(See full transcript.)

By the end of the interview there were surely officials from environmental groups all over the country preparing statements to counter what the President had said, but which would be worded in such a way that they will essentially say, “ummm, excuse me, mister President, but with all due respect the effect on the Louisiana shoreline may be a good bit more serious and long-lasting than your statement would lead folks to believe”.

But if a President McCain had made a similar statement of tempered optimism, we would have every environmental activist and political commentator in the country belching a fire-and-brimstone torrent of hatred about how clueless the president was and how the oil along Louisiana’s shore may very well damage the entire regions’s wetlands for our lifetimes (such similar and unfounded apocalyptic predictions weren’t true in Prince Williams’ sound after the Exxon Valdez spill, either, and its bounced back better than most anyone expected).

And if a President McCain, when asked about it, admitted that he didn’t know whether his head of MMS had been fired or had resigned, he’d be portrayed as being too far removed and hands-off from the day-to-day operations of his administration to ever be an effective chief executive of anything, let alone of the United States. Ans, yes, admittedly the MMS is one of many minor agencies, but it had been at the forefront of the crisis by the time Elizabeth Bernbaum left over a month after the Deepwater Horizon platform exploded and sank.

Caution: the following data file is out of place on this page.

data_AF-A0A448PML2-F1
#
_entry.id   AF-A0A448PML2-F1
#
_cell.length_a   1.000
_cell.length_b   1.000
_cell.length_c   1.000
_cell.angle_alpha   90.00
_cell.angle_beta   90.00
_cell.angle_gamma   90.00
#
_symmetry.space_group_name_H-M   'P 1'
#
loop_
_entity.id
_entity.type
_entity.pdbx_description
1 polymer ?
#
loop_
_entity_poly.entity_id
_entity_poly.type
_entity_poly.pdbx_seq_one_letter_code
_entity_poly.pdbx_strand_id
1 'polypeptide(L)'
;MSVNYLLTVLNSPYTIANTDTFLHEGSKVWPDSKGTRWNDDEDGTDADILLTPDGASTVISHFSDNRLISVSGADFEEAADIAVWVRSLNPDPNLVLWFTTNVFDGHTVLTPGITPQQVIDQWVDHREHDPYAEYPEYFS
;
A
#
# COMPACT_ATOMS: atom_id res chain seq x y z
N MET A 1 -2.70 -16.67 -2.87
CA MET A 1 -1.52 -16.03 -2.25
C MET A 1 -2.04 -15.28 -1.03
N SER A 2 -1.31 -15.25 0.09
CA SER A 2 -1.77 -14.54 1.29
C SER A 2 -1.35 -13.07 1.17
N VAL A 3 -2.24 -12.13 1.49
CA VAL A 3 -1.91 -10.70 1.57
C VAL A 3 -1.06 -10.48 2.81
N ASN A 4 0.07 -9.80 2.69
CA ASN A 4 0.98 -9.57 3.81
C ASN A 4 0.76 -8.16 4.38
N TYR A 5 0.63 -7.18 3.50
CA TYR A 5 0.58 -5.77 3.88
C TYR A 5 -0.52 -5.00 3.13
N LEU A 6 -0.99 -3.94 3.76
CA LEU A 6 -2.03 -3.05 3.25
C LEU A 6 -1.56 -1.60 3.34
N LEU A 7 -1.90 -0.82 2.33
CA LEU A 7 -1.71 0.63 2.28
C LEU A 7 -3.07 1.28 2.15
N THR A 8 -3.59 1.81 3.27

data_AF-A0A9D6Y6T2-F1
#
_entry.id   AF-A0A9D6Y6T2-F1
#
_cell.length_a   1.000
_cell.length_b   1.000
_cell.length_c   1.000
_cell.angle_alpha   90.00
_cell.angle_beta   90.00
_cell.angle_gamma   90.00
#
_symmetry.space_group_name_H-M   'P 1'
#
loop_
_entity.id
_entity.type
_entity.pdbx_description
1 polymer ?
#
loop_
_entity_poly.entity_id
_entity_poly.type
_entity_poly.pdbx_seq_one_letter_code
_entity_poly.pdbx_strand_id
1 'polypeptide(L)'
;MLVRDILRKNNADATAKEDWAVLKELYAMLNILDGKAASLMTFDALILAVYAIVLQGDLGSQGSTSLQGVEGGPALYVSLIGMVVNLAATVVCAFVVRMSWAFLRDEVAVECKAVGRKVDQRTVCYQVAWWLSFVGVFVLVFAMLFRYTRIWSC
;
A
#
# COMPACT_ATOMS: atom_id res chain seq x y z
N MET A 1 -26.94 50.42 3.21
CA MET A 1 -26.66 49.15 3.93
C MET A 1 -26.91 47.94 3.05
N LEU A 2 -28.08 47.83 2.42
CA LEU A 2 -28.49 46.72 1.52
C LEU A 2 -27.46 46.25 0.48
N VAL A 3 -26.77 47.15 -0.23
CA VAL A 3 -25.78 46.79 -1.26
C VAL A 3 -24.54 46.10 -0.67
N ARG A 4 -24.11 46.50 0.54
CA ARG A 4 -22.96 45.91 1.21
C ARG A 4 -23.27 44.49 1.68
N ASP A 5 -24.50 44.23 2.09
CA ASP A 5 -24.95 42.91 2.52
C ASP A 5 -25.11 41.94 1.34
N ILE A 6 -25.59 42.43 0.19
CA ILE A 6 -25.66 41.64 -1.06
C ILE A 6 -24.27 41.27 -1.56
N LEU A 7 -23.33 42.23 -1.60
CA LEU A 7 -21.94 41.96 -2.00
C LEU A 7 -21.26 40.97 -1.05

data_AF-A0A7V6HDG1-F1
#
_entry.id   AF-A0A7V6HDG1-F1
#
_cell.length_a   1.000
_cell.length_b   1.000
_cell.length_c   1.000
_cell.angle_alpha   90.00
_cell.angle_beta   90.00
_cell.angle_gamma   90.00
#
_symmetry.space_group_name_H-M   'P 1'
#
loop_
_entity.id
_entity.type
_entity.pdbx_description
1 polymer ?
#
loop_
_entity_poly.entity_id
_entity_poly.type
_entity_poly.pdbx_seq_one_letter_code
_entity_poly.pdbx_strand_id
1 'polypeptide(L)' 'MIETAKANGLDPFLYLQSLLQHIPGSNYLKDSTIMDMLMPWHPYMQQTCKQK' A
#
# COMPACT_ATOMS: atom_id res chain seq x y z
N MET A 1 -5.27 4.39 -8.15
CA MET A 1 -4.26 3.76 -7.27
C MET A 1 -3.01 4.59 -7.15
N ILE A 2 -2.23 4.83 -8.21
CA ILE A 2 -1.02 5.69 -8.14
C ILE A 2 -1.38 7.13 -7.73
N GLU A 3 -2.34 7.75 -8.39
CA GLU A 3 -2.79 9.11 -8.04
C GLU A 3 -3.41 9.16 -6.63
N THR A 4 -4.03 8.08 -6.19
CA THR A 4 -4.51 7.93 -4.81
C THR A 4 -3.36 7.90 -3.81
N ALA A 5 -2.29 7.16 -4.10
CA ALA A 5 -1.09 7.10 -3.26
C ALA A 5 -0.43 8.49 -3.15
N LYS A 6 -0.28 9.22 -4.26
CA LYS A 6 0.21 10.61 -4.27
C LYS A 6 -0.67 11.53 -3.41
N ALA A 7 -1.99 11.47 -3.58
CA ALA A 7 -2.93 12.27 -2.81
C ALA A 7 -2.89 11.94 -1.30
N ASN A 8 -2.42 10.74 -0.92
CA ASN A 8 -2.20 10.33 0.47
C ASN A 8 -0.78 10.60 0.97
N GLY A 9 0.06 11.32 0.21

Speaking of former MMS director Birnbaum, she was an Obama administration appointee, not a direct holdover from Bush the Second, though she had formerly worked at the Department of the Interior for a short time under both the Clinton and Bush Jr. administrations. This is another point glossed over amidst the many vague allusions to how MMS is chock-a-block full of Bush-era oil industry crony holdovers. That was the point alluded to in Friday’s June 11th Times-Picayune letter to the editor from Tulane School of Law Enviro-shyster Oliver Houck, who I’ved ragged on before about sloppy cites and mis-leading sources about Jazz Fest and Global Warming (long story - read it for the full details). Professor Houck’s main point echoed one of the major themes in the media coverage of the Obama administration’s response to the spill: